To a generation of fans that started their Hull City habit in the 1980s, the very idea of hosting Tottenham Hotspur was fanciful. They were, along with Everton, a side we couldn’t get up to ours. Draws in cup competitions never brought them to us, they never looked like being relegated to our level and we rarely had proper reason to believe we would go up to the top flight.
It nearly happened in 1981 when a team destined for relegation to the Fourth Division got to within ten minutes of an FA Cup replay before losing 2-0 at White Hart Lane, but in the end, it was the long service of two City stalwarts that finally brought the Spurs marching into Boothferry Park.
Not many physiotherapists are awarded testimonials, and unlike with players it took a whole 15 years of sponge-application and chewing gum replacement before City awarded a benefit game to Jeff Radcliffe in 1988. A much-loved, jovial figure around City from the days of Terry Neill onwards, the medic with the tam o’shanter (so synonymous with him that it formed the cap of the ‘J’ in ‘Jeff’ on the cover of the match programme) and the occasional penchant for tinted pilot specs was told he could have a testimonial at the end of the 1988 season and Tottenham, managed by Terry Venables at the time, agreed to provide the opposition.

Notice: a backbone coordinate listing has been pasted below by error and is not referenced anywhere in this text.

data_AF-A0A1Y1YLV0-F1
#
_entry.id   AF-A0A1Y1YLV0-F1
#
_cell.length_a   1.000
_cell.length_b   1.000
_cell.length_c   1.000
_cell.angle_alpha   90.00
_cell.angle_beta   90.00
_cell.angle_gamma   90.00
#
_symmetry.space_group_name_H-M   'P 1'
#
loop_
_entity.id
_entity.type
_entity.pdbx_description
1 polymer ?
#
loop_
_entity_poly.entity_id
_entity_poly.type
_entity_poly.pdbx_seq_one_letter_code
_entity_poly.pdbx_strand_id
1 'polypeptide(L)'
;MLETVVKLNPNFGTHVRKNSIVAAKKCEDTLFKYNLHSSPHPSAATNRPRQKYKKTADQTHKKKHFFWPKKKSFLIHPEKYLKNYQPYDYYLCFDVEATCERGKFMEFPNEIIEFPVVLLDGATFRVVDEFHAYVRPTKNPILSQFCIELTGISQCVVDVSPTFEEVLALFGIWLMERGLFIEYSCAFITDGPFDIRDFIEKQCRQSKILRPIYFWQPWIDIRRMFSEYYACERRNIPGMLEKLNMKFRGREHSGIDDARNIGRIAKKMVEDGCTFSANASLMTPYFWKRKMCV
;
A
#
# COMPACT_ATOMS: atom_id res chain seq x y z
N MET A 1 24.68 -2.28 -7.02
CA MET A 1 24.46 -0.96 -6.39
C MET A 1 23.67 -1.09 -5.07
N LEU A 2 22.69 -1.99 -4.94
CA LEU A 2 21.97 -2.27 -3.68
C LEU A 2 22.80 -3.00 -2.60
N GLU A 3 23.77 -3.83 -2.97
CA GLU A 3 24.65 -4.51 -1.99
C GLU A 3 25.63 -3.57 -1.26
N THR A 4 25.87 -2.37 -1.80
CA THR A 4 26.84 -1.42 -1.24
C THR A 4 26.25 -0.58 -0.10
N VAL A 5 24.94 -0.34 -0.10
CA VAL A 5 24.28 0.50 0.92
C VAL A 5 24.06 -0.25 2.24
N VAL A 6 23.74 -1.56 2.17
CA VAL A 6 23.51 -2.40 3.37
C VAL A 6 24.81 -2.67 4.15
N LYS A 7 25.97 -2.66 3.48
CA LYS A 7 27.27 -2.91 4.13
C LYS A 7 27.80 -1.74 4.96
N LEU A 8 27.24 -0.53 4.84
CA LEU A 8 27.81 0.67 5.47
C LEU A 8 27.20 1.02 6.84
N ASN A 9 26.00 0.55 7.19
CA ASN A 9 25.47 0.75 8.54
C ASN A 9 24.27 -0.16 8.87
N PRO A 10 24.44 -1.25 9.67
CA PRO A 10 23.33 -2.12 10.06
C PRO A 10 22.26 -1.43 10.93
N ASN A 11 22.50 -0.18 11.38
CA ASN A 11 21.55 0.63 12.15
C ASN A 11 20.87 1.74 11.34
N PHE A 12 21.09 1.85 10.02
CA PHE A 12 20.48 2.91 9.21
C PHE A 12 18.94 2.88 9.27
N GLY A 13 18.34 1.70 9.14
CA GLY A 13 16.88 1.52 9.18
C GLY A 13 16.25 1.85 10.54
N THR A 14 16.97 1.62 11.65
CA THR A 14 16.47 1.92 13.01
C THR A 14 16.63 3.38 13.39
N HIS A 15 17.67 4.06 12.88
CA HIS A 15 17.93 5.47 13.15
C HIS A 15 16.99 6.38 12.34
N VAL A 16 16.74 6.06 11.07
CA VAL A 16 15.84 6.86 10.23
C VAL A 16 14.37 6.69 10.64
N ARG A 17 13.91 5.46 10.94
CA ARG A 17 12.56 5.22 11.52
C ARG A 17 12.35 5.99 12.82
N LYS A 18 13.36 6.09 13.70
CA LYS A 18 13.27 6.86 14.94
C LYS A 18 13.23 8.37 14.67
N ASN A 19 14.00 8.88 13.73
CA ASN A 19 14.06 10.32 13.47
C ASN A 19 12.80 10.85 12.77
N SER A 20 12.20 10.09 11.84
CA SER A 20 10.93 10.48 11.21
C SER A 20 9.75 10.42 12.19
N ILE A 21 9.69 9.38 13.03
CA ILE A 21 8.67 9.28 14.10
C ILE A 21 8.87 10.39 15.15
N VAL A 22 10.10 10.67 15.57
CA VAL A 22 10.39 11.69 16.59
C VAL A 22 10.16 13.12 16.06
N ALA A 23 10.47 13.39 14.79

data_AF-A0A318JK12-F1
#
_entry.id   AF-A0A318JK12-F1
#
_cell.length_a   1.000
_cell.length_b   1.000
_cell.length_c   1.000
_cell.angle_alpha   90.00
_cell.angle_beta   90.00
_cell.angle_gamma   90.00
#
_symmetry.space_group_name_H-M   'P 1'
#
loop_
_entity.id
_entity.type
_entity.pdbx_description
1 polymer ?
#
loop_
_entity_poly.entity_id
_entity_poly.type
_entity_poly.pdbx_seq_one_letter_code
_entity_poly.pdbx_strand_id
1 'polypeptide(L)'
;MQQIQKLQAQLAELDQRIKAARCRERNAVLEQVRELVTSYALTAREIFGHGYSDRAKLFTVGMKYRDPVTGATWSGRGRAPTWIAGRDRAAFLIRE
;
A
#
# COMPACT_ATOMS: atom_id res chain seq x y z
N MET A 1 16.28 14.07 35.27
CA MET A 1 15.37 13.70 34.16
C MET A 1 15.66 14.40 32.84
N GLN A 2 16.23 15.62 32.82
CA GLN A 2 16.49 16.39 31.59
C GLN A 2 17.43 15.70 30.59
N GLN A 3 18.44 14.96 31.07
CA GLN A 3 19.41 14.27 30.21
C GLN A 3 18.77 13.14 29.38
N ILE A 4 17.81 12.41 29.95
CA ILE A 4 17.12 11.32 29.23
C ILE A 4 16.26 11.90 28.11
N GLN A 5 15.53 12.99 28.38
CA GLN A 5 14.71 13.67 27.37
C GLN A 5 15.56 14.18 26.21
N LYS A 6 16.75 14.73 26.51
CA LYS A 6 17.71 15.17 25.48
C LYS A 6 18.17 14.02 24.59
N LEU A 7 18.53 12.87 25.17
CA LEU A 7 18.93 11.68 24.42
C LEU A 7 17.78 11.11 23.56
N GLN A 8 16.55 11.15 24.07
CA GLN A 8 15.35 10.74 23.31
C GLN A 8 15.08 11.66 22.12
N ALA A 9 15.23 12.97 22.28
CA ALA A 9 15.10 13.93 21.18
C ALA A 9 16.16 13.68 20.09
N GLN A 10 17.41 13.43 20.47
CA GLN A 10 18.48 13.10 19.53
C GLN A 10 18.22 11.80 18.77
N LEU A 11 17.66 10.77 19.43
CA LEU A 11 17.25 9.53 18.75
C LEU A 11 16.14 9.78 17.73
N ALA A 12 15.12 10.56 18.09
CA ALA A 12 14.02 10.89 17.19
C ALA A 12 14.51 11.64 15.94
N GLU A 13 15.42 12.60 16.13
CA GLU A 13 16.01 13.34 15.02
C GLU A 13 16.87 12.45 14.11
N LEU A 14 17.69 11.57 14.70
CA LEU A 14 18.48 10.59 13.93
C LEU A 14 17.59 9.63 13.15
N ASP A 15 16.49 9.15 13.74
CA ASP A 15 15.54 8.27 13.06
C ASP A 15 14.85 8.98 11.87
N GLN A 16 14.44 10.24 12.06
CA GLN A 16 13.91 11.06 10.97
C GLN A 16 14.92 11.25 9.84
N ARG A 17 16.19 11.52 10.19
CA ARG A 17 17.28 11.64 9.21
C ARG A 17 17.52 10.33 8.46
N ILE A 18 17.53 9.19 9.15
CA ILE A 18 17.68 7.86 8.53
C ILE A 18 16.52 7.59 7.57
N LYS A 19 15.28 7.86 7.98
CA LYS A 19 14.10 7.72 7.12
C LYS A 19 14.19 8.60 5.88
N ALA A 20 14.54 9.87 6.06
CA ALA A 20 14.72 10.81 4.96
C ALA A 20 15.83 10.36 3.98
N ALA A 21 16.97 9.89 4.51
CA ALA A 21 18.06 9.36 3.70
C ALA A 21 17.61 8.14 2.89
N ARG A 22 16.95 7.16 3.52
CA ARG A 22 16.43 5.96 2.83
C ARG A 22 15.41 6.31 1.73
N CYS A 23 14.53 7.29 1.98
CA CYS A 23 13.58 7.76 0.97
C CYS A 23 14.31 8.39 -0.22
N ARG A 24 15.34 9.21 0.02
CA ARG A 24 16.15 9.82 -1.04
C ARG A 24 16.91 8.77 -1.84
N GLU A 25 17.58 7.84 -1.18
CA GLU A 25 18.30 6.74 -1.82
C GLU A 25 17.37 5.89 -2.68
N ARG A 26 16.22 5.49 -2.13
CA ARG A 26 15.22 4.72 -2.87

Everyone had a free weekend in mid-April for the FA’s 100th birthday celebrations but neither City nor Spurs were involved in the mini-tournament organised for Wembley, so there was space for Radcliffe’s big game. It was keenly anticipated until something of a spanner was thrown into the works in the days leading up to it when Brian Horton was fired as manager. City were in a shoddy run of form in the Second Division at the time and the sacking was understandable yet seemed harsh. The mood around the camp leading up to Radcliffe’s big Friday night was somewhat subdued and the news came too late for the programme printers, who couldn’t change a page three tribute from “Brian Horton, Manager”. They also erroneously called the opposition “Tottenham Hotspurs” on the front cover, an irregularity only previously heard when mentioned by Jan Francis in an episode of Just Good Friends.